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Are colleges and universities in a period of unprecedented disruption? Is a bachelor's degree still worth the investment? Are the humanities coming to an end? What, exactly, is higher education good for? In For the Common Good, Charles Dorn challenges the rhetoric of America’s so-called crisis in higher education by investigating two centuries of college and university history. From the community college to the elite research university—in states from California to Maine—Dorn engages a fundamental question confronted by higher education institutions ever since the nation’s founding: Do colleges and universities contribute to the common good? Tracking changes in the prevailing social ethos between the late eighteenth and early twenty-first centuries, Dorn illustrates the ways in which civic-mindedness, practicality, commercialism, and affluence influenced higher education’s dedication to the public good. Each ethos, long a part of American history and tradition, came to predominate over the others during one of the four chronological periods examined in the book, informing the character of institutional debates and telling the definitive story of its time. For the Common Good demonstrates how two hundred years of political, economic, and social change prompted transformation among colleges and universities—including the establishment of entirely new kinds of institutions—and refashioned higher education in the United States over time in essential and often vibrant ways.

Journey to the Common Good

Author: Walter Brueggemann
Publisher: Westminster John Knox Press
ISBN: 9781611640083
Format: PDF, ePub, Docs
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Respected author and theologian Walter Brueggemann turns his discerning eye to the most critical yet basic needs of a world adapting to a new era, an era defined in large part by America's efforts to rebuild from an age of terror even as it navigates its way through an economic collapse. Yet in spite of these great challenges, Brueggemann calls us to journey together to the common good through neighborliness, covenanting, and reconstruction. Such a concept may seem overwhelming, but writing with his usual theological acumen and social awareness Brueggemann distills this challenge to its most basic issues: where is the church going? What is its role in contemporary society? What lessons does it have to offer a world enmeshed in such turbulent times? The answer is the same answer God gave to the Israelites thousands of years ago: love your neighbor and work for the common good. Brueggemann considers biblical texts as examples of the journey now required of the faithful if they wish to move from isolation and distrust to a practice of neighborliness, as an invitation to a radical choice for life or for death, and as a reliable script for overcoming contemporary problems of loss and restoration in a failed urban economy.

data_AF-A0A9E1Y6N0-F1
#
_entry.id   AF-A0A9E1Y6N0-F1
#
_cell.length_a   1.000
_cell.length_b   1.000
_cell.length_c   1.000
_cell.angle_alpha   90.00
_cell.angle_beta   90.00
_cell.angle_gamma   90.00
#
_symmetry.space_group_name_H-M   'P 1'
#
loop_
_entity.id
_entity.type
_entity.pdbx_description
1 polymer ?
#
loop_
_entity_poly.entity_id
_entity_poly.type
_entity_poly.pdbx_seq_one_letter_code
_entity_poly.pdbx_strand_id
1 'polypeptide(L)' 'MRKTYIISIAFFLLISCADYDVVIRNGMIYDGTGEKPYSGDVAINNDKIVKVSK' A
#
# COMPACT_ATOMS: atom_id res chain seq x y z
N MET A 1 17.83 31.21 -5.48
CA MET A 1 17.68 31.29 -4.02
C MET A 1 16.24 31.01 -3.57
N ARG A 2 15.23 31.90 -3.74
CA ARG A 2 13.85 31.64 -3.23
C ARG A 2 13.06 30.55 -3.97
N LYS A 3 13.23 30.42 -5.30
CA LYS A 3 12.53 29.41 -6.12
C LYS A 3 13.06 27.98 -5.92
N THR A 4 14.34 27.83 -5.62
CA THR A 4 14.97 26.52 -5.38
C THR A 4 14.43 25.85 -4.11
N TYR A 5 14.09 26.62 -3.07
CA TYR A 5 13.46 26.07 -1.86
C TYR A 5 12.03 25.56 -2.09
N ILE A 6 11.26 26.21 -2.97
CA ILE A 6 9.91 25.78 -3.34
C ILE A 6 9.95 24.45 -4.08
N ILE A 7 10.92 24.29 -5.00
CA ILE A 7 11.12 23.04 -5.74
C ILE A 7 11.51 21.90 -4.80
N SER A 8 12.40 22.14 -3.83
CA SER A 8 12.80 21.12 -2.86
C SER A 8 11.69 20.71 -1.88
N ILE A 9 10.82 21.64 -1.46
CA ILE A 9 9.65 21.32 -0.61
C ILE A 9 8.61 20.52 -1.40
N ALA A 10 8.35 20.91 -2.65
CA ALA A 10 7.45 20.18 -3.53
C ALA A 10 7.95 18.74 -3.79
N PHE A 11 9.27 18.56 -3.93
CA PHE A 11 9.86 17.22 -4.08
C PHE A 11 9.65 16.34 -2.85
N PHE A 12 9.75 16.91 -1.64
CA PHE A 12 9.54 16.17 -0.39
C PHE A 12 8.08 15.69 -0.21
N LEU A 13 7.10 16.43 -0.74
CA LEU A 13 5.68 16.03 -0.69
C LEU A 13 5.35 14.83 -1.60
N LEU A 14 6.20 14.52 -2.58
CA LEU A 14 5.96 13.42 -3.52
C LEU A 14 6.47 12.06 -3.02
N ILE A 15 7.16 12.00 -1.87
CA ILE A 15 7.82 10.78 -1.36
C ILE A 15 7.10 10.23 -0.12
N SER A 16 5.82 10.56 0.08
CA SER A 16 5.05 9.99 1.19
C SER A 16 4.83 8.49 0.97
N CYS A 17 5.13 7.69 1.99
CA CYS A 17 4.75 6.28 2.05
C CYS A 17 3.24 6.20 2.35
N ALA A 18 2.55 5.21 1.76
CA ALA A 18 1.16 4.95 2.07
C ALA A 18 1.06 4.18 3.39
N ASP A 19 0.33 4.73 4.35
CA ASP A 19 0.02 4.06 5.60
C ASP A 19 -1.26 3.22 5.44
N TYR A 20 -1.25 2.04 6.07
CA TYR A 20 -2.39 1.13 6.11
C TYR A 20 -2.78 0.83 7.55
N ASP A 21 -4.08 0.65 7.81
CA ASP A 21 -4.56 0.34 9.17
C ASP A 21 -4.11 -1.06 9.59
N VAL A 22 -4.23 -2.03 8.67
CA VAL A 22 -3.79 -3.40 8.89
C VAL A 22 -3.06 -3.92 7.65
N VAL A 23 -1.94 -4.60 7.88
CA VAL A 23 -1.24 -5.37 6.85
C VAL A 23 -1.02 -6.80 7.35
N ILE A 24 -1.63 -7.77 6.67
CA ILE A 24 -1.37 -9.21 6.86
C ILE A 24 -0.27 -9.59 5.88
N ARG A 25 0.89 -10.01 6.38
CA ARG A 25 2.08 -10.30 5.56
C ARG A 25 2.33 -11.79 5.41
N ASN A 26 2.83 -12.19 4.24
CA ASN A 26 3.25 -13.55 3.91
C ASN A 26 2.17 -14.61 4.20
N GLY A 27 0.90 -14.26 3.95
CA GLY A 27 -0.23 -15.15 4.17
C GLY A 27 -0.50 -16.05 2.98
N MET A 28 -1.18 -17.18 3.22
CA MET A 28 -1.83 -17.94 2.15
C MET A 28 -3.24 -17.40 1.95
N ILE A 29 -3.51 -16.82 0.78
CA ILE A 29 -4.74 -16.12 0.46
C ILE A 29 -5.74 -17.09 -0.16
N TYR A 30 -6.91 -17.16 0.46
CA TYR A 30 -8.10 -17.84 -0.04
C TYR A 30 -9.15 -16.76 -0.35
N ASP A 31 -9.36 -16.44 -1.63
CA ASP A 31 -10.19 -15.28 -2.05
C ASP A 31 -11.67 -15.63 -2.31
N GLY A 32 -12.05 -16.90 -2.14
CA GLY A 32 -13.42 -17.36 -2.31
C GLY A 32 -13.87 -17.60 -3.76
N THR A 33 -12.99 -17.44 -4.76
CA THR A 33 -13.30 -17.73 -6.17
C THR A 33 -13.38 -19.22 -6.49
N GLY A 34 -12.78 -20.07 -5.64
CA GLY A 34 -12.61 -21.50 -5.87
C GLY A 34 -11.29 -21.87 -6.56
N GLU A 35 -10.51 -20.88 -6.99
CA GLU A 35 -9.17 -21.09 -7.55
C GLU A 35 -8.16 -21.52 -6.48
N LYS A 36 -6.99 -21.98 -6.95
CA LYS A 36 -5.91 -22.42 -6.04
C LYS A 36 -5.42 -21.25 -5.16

Christians and the Common Good

Author: Charles Gutenson
Publisher: Brazos Press
ISBN: 144121447X
Format: PDF, Kindle
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Christians across the spectrum have soured on religious involvement in politics, tempted either to withdraw or to secularize their public engagement. Yet the kingdom of God is clearly concerned with justice and communal well-being. How can Christians be active in public life without getting mired down in political polarization and controversy? For too long, the question of faith in public life has centered on what the Bible says about government. Charles Gutenson, a theologian respected by both evangelical and mainline Christians, argues that we should first ask how God intends for us to live together before considering the public policies and institutions that would best empower living together in that way. By concentrating on the nature of God, we can move past presuppositions regarding the role of government and engage in healthy discussions about how best to serve the common good. This lucidly written book includes a foreword by bestselling author Jim Wallis.